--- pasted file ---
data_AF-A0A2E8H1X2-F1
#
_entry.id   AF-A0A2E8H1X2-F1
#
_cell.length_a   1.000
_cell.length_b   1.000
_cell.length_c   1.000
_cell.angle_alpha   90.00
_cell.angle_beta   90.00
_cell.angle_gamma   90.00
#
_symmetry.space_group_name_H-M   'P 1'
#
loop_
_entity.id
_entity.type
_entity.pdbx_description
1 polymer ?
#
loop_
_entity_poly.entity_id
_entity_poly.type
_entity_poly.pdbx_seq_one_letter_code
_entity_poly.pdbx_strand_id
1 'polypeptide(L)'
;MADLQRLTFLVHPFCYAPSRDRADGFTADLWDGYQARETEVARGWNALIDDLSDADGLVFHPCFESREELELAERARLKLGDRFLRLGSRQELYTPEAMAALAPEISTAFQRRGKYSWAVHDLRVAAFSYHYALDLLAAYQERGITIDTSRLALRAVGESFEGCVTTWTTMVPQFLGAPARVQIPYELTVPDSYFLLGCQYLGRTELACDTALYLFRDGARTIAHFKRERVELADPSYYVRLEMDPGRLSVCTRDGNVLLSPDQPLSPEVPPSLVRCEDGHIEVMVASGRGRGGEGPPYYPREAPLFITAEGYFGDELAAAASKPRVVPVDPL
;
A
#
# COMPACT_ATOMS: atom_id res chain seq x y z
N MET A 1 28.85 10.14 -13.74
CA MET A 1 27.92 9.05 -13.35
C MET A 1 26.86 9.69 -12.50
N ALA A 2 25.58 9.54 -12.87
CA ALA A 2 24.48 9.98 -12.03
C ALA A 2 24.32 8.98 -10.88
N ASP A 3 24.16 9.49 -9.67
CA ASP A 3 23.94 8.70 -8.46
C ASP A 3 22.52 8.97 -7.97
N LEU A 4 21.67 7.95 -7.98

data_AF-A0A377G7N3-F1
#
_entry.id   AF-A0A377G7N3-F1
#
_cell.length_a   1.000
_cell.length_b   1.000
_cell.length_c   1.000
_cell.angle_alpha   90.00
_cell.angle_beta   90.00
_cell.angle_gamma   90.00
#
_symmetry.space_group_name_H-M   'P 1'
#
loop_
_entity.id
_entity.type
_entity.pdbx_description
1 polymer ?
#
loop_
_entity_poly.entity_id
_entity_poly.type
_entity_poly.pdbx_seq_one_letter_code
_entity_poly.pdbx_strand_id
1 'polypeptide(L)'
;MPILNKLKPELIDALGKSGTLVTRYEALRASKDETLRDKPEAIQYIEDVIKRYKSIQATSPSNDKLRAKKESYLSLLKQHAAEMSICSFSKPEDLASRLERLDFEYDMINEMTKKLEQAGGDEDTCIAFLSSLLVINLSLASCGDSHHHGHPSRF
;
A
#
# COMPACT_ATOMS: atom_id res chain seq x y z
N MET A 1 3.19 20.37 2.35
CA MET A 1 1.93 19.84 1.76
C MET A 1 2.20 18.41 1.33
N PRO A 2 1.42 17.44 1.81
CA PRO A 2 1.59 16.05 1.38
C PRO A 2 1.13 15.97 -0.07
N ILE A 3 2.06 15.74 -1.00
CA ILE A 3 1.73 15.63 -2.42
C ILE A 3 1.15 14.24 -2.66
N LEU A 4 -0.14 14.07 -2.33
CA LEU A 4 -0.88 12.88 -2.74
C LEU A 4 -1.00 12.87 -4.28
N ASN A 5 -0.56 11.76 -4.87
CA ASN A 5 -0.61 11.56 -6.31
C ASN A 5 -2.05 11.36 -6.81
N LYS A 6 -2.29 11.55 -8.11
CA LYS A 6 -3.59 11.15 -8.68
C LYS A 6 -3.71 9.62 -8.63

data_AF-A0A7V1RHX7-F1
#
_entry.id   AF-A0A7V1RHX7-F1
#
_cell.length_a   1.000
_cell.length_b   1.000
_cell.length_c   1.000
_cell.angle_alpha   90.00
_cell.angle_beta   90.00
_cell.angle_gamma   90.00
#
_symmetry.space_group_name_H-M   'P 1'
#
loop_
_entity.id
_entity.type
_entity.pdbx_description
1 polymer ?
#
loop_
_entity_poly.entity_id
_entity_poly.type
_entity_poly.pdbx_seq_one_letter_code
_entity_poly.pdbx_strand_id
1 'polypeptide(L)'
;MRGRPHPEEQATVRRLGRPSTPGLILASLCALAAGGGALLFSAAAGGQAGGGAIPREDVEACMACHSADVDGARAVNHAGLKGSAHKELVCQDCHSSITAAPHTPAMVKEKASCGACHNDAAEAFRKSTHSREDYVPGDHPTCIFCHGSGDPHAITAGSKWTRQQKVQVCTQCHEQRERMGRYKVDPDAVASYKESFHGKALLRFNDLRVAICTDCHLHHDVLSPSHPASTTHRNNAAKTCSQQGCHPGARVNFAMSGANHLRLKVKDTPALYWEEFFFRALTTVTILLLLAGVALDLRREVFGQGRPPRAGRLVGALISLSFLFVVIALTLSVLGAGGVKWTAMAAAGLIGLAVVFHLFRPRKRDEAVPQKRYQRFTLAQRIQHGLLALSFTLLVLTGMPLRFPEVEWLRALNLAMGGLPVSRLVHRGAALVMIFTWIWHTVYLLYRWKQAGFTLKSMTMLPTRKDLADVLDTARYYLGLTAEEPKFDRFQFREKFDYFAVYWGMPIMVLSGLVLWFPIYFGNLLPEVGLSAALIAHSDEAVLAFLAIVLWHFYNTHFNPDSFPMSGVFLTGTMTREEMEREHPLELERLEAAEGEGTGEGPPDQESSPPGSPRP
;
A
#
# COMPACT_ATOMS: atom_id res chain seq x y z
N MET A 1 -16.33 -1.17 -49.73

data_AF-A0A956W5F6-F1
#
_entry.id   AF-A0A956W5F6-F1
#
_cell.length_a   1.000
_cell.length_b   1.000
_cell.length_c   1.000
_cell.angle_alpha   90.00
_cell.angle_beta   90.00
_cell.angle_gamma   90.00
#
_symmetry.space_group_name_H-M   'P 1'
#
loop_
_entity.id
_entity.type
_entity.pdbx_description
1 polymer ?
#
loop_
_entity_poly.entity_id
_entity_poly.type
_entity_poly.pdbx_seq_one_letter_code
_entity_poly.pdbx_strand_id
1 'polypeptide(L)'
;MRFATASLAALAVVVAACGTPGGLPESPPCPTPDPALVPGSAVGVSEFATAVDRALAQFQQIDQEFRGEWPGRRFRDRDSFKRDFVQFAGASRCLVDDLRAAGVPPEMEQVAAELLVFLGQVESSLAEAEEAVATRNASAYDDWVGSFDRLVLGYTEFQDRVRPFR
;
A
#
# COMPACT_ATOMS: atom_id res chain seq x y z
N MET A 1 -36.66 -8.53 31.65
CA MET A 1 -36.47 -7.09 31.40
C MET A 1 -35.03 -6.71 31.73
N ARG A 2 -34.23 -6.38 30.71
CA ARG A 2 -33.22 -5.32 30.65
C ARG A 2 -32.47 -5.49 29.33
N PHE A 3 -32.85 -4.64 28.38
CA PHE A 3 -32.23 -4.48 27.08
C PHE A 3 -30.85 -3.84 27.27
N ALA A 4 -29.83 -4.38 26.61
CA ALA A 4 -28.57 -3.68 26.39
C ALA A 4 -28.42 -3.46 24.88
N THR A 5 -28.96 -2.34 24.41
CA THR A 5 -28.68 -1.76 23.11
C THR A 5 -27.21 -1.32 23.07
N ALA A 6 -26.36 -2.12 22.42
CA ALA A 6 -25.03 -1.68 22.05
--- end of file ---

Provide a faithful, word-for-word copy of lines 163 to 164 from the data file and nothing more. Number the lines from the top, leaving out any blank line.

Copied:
CA THR A 5 -28.68 -1.76 23.11
C THR A 5 -27.21 -1.32 23.07